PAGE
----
After an agreement had already been reached (and presumably in realization of the implications of the long duration of the agreement), defendant unilaterally contacted the scrivener (Carter) and advised him to change the down payment to $6,500 and the interest rate to 8 percent for the first year only. He misrepresented that plaintiffs had agreed to such change.[5] We deem such behavior to constitute "fraud or inequitable conduct" on the part of defendants.

If the complaining party did not know of the mistake by the scrivener but the other party did know or deliberately procured the incorrect statement of the parties' agreement, then the ground for reformation is the mistake of one party coupled *524 with the fraud or inequitable conduct of the other.[6]

The trial court specifically found that defendants had taken unfair advantage of plaintiffs,[7] which finding warrants reformation on the facts presented.

The foregoing is consistent with the case of McMahon v. Tanner,[8] which holds as follows:

[W]here, unknown to one of the parties, an instrument contains a mistake rendering it at variance with the prior understanding and agreement of the parties, and the other party learns of this mistake at the time of the execution of the instrument and later seeks to take advantage of it, equity will reform the instrument so as to make it conform to the prior understanding.

Finally, plaintiffs were not guilty of inexcusable neglect. The case of Peterson v. Eldredge[9] holds that a written contract will be reformed to express the agreement of the parties where the proof of mistake is clear, definite, and convincing, where he who seeks reformation is not guilty of inexcusable negligence in executing the same, and makes timely application for the relief sought. In the instant case, plaintiffs requested clarification of the interest provision of the contract at the time it was executed, and were unable to contact the scrivener to obtain clarification. Shortly after the discovery of the apparent meaning of the contract, plaintiffs immediately had a new contract prepared and requested defendants to execute it. Upon refusal of defendants to execute the new contract, plaintiffs immediately contacted an attorney and filed this action for reformation.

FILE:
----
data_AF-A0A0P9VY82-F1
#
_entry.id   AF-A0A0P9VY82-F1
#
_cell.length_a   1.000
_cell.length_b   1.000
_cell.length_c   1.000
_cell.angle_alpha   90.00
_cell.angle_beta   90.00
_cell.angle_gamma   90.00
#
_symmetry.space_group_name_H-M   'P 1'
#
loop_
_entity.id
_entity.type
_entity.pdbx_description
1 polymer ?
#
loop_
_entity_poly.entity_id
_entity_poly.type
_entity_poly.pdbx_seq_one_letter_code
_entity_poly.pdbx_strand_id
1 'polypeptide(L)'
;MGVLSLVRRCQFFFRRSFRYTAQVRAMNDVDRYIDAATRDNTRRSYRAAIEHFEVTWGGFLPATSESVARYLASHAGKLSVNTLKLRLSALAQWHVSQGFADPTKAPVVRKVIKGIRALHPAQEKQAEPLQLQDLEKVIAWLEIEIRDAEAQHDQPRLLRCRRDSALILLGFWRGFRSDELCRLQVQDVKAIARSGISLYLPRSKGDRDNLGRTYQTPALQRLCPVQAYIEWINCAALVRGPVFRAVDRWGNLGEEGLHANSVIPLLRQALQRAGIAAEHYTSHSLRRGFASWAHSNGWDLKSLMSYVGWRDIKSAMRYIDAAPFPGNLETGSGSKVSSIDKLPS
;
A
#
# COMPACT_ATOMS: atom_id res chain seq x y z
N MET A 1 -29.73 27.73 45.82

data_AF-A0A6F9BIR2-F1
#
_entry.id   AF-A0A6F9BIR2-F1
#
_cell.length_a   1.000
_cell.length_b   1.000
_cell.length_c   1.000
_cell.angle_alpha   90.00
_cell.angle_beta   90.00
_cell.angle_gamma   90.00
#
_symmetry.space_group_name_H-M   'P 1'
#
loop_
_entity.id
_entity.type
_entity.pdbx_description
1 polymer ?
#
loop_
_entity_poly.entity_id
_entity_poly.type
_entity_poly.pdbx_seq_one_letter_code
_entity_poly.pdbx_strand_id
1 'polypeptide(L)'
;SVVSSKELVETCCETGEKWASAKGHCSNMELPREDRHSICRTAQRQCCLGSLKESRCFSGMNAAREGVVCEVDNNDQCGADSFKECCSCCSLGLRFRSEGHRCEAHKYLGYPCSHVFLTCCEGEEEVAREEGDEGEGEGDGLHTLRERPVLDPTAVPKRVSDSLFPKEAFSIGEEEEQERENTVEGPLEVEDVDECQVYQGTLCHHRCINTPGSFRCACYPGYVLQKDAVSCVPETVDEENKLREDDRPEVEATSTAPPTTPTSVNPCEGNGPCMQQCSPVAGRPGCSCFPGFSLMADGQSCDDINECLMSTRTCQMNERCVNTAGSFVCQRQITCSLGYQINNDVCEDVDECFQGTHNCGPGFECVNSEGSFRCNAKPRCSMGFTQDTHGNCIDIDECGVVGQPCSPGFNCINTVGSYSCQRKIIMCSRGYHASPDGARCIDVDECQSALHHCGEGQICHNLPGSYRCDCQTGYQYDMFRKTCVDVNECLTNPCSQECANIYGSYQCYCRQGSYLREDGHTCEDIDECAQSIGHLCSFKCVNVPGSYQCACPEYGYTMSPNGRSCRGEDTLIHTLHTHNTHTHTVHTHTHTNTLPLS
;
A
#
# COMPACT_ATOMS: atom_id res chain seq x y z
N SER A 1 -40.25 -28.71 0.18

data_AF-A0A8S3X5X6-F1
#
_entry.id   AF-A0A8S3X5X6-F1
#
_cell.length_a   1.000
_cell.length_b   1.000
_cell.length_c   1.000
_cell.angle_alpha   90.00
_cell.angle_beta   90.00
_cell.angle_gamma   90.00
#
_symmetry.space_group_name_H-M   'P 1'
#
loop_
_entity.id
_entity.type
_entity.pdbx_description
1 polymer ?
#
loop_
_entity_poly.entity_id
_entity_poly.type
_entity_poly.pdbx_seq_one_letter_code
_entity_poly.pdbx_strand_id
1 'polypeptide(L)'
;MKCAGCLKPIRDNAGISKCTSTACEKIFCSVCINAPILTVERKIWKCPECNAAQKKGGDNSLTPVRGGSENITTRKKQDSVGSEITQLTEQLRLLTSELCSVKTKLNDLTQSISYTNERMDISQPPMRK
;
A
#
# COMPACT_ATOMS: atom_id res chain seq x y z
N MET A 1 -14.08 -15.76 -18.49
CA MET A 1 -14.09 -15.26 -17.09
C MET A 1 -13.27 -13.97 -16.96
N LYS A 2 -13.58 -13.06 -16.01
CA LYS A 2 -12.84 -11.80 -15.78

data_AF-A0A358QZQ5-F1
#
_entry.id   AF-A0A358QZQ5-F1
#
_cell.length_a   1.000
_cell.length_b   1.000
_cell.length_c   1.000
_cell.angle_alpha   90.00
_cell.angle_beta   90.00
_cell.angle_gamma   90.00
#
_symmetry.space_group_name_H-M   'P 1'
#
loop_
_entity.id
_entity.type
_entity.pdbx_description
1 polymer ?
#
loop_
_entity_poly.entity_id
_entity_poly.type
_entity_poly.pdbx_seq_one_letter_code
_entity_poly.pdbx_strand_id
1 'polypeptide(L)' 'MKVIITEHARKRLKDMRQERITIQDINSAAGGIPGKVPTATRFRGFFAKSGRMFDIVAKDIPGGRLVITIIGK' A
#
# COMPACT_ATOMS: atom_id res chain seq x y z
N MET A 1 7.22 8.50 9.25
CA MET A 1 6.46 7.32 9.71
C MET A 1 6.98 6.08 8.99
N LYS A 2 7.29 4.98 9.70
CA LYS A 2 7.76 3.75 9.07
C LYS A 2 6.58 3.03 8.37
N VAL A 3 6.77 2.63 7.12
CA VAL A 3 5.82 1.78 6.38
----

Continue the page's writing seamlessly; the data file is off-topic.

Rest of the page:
The judgment of the trial court is hereby affirmed. Costs to plaintiffs.

CROCKETT, C.J., WILKINS and STEWART, JJ., and R.L. TUCKETT, Retired, J., concur.

MAUGHAN, J., does not participate herein.

NOTES

[1] The bank was to act as escrow agent.

[2] If there has been any misunderstanding between the parties, or a misapprehension by one or both, so that their minds have not met, no contract has been entered into, and the court will not make for them a contract which they did not make. 66 Am.Jur.2d, Reformation of Instruments, § 14.

[3] See Jacobson v. Jacobson, Utah, 557 P.2d 156 (1976).

[4] 66 Am.Jur.2d, Reformation of Instruments, § 12. See also, Rasmussen v. Olsen, Utah, 583 P.2d 50 (1978).

[5] At trial, Carter testified that he called plaintiffs to be sure that they were aware of the changes and plaintiffs testified of having no recollection of such communication. Whether the interest rate provision was changed with plaintiffs' knowledge therefore becomes a question for the fact finder.

[6] 66 Am.Jur.2d, Reformation of Instruments, § 21.

[7] The court also found that during all of the times herein provided, the plaintiffs were elderly persons, 65 years of age or older, and appearing somewhat physically infirm and emotionally unstable, and had a difficult time in negotiating the terms and conditions of their transaction with the defendant Q. Keith Smith who appeared to be a more articulate, emotionally and physically stronger person of an aggressive nature.

[8] 122 Utah 333, 249 P.2d 502 (1953), quoting Spirt v. Albert, 109 Conn. 292, 146 A. 717 (1929).

[9] 122 Utah 96, 246 P.2d 886 (1952). See also, Sine v. Harper, 118 Utah 415, 222 P.2d 571 (1950).